New research published in the Proceedings of the National Academy of Sciences reveals an ongoing war between bits of virus DNA in the genome of koalas. And this war might well help to save ailing populations of the iconic marsupial, as well as helping to unlock the mysteries of so called “junk DNA”.
As parasites, single-strand viruses known as “retroviruses” can’t do much for themselves. They have a genome that they can’t use or replicate on their own. Instead they invade and hijack host cells. Once inside, they insert their entire genome into the host DNA, becoming what is known as a “provirus”. The host’s cellular machinery then makes viral proteins and genomes which are spread to other hosts.
And so, on goes the process of infection.
However, sometimes retroviruses insert themselves into the germline – that is, into sex cells, such as sperm and ova. This means that the entire genome of the virus is passed from one host generation to the next, and often these become permanent features of the host DNA. These are known as “endogenous retroviruses” (ERVs).
ERVs are all over the place, mostly found as inert junk DNA. They make up to 8% of the human genome, are found far and wide in various vertebrates and are generally thought to be harmless. However, no one really knows how these disease-causing agents transition from violent killers to peaceful tenants.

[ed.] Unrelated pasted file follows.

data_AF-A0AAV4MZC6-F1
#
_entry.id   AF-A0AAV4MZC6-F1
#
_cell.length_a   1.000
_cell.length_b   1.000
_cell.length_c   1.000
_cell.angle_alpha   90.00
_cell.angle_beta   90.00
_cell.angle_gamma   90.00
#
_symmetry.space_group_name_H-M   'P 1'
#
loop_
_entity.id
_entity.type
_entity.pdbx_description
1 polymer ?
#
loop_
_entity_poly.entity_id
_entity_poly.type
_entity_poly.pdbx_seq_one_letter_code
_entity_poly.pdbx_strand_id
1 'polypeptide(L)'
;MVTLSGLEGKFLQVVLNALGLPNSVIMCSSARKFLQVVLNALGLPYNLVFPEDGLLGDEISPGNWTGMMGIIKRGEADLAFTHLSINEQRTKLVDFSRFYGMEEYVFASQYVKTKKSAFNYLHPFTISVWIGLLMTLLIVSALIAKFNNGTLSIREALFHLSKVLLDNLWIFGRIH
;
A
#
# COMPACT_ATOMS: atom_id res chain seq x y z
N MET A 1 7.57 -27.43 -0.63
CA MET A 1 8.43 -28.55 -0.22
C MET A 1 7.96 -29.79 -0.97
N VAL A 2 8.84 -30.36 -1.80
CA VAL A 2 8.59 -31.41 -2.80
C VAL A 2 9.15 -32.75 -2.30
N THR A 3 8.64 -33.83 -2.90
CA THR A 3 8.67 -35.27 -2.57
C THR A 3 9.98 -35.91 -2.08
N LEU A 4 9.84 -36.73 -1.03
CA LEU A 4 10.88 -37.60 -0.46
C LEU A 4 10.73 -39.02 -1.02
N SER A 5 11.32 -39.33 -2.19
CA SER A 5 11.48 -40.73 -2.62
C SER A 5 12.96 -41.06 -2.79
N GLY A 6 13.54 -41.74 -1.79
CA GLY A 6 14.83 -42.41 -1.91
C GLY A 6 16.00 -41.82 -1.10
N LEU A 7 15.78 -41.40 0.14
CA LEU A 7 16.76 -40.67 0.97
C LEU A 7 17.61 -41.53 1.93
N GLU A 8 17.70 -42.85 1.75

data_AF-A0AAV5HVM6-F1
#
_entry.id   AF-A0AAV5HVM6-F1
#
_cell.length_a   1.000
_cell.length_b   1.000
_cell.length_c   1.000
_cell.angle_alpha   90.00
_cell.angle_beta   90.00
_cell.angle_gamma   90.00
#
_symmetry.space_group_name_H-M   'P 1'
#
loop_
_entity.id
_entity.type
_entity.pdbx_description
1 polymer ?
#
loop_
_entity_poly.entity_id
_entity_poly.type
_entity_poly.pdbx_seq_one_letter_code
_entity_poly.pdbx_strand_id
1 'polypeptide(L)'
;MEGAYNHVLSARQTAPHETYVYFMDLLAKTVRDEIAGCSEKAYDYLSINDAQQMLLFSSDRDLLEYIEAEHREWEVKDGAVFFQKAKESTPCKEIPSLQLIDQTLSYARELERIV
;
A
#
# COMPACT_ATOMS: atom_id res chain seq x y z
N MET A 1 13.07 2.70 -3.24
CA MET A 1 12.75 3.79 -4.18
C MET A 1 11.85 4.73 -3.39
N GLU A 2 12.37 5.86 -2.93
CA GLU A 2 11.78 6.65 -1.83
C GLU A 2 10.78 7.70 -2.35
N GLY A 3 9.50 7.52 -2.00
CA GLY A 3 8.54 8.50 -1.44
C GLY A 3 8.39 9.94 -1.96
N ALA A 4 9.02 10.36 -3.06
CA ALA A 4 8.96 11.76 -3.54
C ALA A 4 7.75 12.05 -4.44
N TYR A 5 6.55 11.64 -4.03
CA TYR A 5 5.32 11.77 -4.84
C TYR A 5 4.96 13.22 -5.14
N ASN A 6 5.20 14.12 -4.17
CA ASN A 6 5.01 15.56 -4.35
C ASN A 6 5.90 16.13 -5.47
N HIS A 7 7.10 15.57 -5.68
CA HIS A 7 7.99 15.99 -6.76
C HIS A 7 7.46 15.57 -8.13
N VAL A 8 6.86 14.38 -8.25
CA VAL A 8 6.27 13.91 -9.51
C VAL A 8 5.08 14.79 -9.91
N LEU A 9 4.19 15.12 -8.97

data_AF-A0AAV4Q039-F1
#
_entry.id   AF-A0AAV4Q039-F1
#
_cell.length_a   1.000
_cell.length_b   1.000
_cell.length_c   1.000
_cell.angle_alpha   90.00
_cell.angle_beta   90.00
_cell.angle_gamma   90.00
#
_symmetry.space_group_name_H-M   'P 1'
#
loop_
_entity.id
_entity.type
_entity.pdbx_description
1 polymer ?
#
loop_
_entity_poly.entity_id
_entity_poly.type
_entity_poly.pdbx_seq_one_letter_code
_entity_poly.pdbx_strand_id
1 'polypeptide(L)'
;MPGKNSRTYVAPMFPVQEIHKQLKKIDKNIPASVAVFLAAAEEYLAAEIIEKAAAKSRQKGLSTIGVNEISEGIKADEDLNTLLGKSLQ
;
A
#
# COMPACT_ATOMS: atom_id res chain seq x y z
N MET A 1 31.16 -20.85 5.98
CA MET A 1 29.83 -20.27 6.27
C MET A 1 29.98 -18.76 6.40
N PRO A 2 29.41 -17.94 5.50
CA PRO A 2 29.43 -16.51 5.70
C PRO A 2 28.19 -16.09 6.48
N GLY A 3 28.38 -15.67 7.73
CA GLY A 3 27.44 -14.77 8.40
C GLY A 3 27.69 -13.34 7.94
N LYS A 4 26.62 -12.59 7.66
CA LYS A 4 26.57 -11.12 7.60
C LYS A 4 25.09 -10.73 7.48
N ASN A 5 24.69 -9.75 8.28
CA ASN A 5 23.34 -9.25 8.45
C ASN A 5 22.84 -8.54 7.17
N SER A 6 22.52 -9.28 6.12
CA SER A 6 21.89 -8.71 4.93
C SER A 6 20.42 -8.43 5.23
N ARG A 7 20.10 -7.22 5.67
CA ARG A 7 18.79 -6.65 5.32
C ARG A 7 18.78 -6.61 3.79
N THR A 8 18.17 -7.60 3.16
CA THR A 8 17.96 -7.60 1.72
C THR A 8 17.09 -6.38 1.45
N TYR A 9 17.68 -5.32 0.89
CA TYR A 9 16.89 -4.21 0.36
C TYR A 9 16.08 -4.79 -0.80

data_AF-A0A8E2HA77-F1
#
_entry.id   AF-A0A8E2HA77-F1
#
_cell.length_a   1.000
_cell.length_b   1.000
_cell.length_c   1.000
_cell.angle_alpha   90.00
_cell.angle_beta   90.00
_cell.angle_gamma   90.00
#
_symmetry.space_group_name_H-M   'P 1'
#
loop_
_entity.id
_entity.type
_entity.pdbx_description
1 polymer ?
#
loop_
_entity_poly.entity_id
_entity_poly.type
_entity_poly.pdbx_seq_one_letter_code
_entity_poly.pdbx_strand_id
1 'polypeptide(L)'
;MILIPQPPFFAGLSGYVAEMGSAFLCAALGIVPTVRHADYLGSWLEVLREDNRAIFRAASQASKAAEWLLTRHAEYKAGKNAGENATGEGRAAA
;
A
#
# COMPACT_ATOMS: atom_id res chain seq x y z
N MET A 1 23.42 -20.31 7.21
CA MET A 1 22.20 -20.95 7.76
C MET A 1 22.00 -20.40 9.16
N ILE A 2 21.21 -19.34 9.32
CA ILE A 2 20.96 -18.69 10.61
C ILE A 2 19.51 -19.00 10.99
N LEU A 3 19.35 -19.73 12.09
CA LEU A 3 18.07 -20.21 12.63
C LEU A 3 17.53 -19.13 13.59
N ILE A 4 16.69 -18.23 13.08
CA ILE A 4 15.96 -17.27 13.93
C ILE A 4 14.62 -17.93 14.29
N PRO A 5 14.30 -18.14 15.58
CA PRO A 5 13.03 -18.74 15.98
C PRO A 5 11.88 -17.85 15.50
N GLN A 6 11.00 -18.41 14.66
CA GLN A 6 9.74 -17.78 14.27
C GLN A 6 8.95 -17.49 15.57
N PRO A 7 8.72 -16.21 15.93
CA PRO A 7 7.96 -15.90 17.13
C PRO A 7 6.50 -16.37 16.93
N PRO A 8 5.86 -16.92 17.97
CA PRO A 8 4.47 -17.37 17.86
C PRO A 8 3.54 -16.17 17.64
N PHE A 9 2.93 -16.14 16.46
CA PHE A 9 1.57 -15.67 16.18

An international team of researchers has now shed light on this process by investigating a transition that is currently happening within the genome of the Australian koala (Phascolarctos cinereus).
“In humans, the youngest known endogenous retrovirus groups are around five million years old,” says author Alfred Roca, of the Department of Animal Sciences at the University of Illinois in the US.
“That makes it very hard to tell what happened. But the koala is one of the few species known to have an ongoing invasion of the germline by a retrovirus.”
The koala ERV is hasn’t fully changed its lifestyle, being less than 50,000 years old, and still has some of its killer habits. This has led to cancers and a suppression of the host’s immune system, leaving it open to secondary infection: chlamydia, for example, is widespread in mainland koala populations.
“We think the pressure for external viruses is to make lots of copies of themselves and infect more individuals,” Roca explains.
“But once the virus becomes part of the host germline, the pressure is going to be for it to leave the host alone because the host is needed to reproduce the sequence. It has to play nice or otherwise it disappears. The question is how does this process take place?”
Surprisingly, another long-term resident of the koala genome may hold the answer. An ancient and unrelated ERV is helping to fight back by inserting itself into the genome of the new tenant, leading to selective deactivation of its coding regions. Instead of producing proteins or new genomes, it is beginning to produce, well, nothing.
“We might have found evidence for a molecular defence mechanism of hosts against new retroviral attacks, mediated by more ancient retroviral elements,” says first author Ulrike Löber of the Leibniz Institute for Zoo and Wildlife Research in Berlin, Germany.
Even with such help, it will be hundreds of thousands of years before the new ERV becomes neighbourly.
In the meantime, the research is helping to determine which elements of the invader’s DNA are dangerous, which aids in the search for a vaccine. It also sheds light on the mystery of how deadly retroviral pathogens become inert junk DNA, a process that last happened to us five million years ago.
Stephen Fleischfresser is a lecturer at the University of Melbourne's Trinity College and holds a PhD in the History and Philosophy of Science.
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